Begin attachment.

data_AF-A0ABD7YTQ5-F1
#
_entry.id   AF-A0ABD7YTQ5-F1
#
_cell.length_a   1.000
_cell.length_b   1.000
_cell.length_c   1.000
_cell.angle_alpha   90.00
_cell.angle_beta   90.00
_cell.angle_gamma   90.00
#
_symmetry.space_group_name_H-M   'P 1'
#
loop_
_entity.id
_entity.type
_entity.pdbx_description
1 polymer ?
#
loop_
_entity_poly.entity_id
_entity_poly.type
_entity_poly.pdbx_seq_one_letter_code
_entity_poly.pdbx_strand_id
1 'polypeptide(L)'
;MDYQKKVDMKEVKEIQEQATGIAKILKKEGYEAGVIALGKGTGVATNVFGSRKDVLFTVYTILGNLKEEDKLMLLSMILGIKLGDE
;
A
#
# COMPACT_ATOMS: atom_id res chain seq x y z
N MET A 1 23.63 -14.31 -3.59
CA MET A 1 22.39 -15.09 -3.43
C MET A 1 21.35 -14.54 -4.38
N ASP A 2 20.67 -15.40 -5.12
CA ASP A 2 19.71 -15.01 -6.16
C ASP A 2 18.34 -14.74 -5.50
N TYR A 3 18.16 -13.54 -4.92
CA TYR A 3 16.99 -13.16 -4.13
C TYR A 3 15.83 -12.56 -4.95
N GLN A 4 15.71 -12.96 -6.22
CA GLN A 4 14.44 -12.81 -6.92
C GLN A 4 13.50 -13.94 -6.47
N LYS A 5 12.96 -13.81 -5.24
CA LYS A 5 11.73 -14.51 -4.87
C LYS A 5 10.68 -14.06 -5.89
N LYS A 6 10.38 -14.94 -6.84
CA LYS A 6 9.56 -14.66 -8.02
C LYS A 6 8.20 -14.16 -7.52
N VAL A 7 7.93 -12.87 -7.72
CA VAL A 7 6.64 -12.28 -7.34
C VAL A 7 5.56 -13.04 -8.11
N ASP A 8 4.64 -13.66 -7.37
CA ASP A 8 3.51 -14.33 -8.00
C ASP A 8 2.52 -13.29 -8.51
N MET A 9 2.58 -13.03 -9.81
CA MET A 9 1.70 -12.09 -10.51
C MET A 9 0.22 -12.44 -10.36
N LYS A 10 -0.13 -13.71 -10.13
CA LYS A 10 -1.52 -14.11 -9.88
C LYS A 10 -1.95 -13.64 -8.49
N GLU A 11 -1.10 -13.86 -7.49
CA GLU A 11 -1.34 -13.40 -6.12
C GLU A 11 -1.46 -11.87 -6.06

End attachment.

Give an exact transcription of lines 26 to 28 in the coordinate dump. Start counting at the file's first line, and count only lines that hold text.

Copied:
;MDYQKKVDMKEVKEIQEQATGIAKILKKEGYEAGVIALGKGTGVATNVFGSRKDVLFTVYTILGNLKEEDKLMLLSMILGIKLGDE
;
A